Posted on 15 September 2014
New Zealand mounts a challenge to Japan's controversial hunts, which have have killed more than 10,000 whales
– The 89 member countries of the International Whaling Commission (IWC) this week are expected to debate measures to tighten a treaty loophole that has allowed the killing of more than 10,000 whales under the banner of scientific research. The likely-fractious discussions come after a judgment by the International Court of Justice (ICJ)
in March that declared Japan’s “scientific whaling” programme to be nothing more than a thinly-veiled commercial hunt.
A moratorium against commercial whaling came into force in 1986 as whale populations plummeted toward collapse after decades of industrial-scale whaling. Since then, Japan has exploited a provision in the whaling convention that allows the lethal take of whales “for purposes of scientific research.”
“The ICJ examined Japan’s whaling programme and determined that it was not for the purposes of scientific research and, therefore, illegal under international law. Now it is up to the International Whaling Commission to take action on this issue before Japan resumes whaling next year. Governments have the unique opportunity this week to change the status quo on scientific whaling once and for all,” said Aimée Leslie, head of WWF’s delegation at the IWC meeting.
During its four-day meeting in the coastal town of Portoroz, Slovenia, the commission will be asked to decide on a resolution tabled by New Zealand that incorporates more rigorous standards for scientific permits, as prescribed by the ICJ judgment. At the same time, Japan is preparing to launch a new “scientific whaling” programme
“Modern research techniques make killing whales in the name of science obsolete,” Leslie said. “The whaling commission is long overdue to adopt reforms that will protect whales from so-called scientific hunts, which are, in reality, a cover for the harvesting of whale meat. We urge the commission to adopt the criteria described in the ICJ judgment in order to put an end to commercial hunts that are disguised as scientific research.”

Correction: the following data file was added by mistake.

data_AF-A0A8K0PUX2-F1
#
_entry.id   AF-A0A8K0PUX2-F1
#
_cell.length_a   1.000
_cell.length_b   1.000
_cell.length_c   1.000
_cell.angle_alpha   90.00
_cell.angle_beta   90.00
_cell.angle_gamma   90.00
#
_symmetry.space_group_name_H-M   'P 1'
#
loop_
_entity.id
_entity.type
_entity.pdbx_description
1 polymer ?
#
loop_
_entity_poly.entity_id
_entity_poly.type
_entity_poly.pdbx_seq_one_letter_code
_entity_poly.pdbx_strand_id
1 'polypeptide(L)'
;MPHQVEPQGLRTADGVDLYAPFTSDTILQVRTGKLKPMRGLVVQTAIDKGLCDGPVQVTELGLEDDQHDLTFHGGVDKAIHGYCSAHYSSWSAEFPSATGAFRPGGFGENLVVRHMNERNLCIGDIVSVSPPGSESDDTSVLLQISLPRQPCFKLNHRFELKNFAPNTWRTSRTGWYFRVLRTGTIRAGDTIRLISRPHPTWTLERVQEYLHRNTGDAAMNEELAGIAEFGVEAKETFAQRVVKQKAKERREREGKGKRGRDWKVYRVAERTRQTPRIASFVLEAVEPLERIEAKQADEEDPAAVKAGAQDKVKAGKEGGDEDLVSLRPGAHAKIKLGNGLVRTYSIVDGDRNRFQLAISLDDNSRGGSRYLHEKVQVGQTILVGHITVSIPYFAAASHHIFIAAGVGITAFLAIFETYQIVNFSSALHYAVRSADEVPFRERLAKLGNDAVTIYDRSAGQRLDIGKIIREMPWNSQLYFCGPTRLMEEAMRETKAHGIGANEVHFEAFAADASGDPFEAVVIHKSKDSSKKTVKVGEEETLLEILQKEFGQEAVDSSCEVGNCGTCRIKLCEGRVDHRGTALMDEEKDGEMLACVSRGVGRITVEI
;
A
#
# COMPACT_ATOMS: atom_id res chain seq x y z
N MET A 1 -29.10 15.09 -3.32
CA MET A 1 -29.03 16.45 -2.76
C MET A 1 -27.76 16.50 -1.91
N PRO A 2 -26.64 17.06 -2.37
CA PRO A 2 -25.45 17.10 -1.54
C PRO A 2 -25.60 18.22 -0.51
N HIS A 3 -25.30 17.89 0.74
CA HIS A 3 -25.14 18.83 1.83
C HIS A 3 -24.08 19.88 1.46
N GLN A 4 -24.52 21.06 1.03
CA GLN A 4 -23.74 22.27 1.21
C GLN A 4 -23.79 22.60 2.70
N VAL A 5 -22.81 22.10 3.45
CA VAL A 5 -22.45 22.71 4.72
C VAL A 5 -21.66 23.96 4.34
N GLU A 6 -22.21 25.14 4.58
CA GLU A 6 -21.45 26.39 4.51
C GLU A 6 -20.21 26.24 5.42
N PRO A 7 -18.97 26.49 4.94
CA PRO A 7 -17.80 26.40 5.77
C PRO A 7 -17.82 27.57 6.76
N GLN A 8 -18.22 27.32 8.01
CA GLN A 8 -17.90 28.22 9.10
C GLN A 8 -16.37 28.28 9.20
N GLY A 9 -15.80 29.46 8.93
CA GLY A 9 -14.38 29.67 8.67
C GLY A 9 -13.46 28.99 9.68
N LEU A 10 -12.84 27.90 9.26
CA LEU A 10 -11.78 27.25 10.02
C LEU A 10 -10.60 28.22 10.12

IWC governments this week will also take up a number of other contentious issues including whether to establish a third whale sanctuary. A coalition of southern hemisphere countries has tried unsuccessfully for 16 years to add an additional layer of protection for whales in the South Atlantic. Sanctuaries already exist in the Indian Ocean and in Southern Ocean around Antarctica. Further, renewal of the Southern Ocean Sanctuary is up for discussion at this year’s IWC meeting.
Survival of the smallest
Additionally, the commission will focus on measures needed to prevent the extinction of two rare kinds of marine mammals. The vaquita
porpoise is the smallest species in the cetacean family, which includes whales, dolphins and porpoises. Fewer than 100 vaquitas remain in the upper Gulf of California, Mexico, the only place in the world where they are found. The critically endangered species has experienced a steep decline due to entanglements in fishing gear, particularly over the past three years as a result of a new illegal fishery.
Cetaceans must come to the surface to breath and often drown when caught in nets intended for other species. The Maui’s dolphin
, found only off New Zealand’s North Island, faces a similar threat. In order to save the last 55 Maui’s, WWF is calling for a gillnet ban across the whole of their known habitat.
“Each year about 300,000 whales, dolphins and porpoises die unnecessarily in fishing nets. Unintended bycatch poses a severe risk to all marine mammals, but for the vaquita and the Maui’s dolphin, governments need to act now to prevent their imminent extinction. We have already lost forever the baiji Yangtze river dolphin; it would be shameful to make the same mistake twice,” Leslie said.
An ocean of threats
Other threats to whales set for discussion at the 65th IWC meeting include collisions with ships, underwater noise, off-shore oil and gas exploration, habitat destruction and pollution. WWF encourages IWC governments to allocate sufficient attention and resources to these serious issues, which have consequences for the survival of whale species, the health of the ocean and the benefits people derive from marine ecosystems.